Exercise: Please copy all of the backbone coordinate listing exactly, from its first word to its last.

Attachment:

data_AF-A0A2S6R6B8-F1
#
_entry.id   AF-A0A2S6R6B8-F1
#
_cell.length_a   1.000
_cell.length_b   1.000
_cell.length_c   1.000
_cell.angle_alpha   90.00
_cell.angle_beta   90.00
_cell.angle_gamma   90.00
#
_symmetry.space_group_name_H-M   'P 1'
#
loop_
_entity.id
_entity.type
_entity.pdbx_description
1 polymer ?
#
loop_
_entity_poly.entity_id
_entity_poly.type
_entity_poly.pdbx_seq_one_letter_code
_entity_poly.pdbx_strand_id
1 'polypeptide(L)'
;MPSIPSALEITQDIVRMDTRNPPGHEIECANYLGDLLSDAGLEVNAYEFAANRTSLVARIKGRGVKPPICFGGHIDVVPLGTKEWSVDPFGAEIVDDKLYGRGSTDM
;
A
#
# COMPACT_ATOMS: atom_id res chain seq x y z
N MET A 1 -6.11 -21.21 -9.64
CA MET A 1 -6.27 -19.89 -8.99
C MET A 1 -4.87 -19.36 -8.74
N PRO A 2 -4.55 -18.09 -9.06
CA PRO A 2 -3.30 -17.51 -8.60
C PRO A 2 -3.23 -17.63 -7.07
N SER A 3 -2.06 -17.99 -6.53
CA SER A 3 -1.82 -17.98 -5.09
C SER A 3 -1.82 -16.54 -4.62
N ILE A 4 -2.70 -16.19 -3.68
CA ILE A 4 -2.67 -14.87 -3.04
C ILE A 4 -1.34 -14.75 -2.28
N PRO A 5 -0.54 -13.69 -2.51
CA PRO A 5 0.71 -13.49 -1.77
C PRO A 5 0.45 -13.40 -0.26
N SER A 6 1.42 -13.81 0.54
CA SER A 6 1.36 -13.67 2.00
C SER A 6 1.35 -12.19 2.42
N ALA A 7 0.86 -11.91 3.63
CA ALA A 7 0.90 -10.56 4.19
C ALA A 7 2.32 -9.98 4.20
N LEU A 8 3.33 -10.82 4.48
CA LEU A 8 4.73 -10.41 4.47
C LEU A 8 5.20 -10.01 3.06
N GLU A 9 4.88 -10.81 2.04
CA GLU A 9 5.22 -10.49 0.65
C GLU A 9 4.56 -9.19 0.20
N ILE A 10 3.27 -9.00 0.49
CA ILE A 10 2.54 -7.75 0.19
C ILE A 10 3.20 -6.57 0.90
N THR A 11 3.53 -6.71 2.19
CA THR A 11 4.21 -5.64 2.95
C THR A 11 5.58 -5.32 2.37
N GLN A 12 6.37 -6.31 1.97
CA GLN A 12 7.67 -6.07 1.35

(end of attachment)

data_AF-A0A2S6R6B8-F1
#
_entry.id   AF-A0A2S6R6B8-F1
#
_cell.length_a   1.000
_cell.length_b   1.000
_cell.length_c   1.000
_cell.angle_alpha   90.00
_cell.angle_beta   90.00
_cell.angle_gamma   90.00
#
_symmetry.space_group_name_H-M   'P 1'
#
loop_
_entity.id
_entity.type
_entity.pdbx_description
1 polymer ?
#
loop_
_entity_poly.entity_id
_entity_poly.type
_entity_poly.pdbx_seq_one_letter_code
_entity_poly.pdbx_strand_id
1 'polypeptide(L)'
;MPSIPSALEITQDIVRMDTRNPPGHEIECANYLGDLLSDAGLEVNAYEFAANRTSLVARIKGRGVKPPICFGGHIDVVPLGTKEWSVDPFGAEIVDDKLYGRGSTDM
;
A
#
# COMPACT_ATOMS: atom_id res chain seq x y z
N MET A 1 -6.11 -21.21 -9.64
CA MET A 1 -6.27 -19.89 -8.99
C MET A 1 -4.87 -19.36 -8.74
N PRO A 2 -4.55 -18.09 -9.06
CA PRO A 2 -3.30 -17.51 -8.60
C PRO A 2 -3.23 -17.63 -7.07
N SER A 3 -2.06 -17.99 -6.53
CA SER A 3 -1.82 -17.98 -5.09
C SER A 3 -1.82 -16.54 -4.62
N ILE A 4 -2.70 -16.19 -3.68
CA ILE A 4 -2.67 -14.87 -3.04
C ILE A 4 -1.34 -14.75 -2.28
N PRO A 5 -0.54 -13.69 -2.51
CA PRO A 5 0.71 -13.49 -1.77
C PRO A 5 0.45 -13.40 -0.26
N SER A 6 1.42 -13.81 0.54
CA SER A 6 1.36 -13.67 2.00
C SER A 6 1.35 -12.19 2.42
N ALA A 7 0.86 -11.91 3.63
CA ALA A 7 0.90 -10.56 4.19
C ALA A 7 2.32 -9.98 4.20
N LEU A 8 3.33 -10.82 4.48
CA LEU A 8 4.73 -10.41 4.47
C LEU A 8 5.20 -10.01 3.06
N GLU A 9 4.88 -10.81 2.04
CA GLU A 9 5.22 -10.49 0.65
C GLU A 9 4.56 -9.19 0.20
N ILE A 10 3.27 -9.00 0.49
CA ILE A 10 2.54 -7.75 0.19
C ILE A 10 3.20 -6.57 0.90
N THR A 11 3.53 -6.71 2.19
CA THR A 11 4.21 -5.64 2.95
C THR A 11 5.58 -5.32 2.37
N GLN A 12 6.37 -6.31 1.97
CA GLN A 12 7.67 -6.07 1.35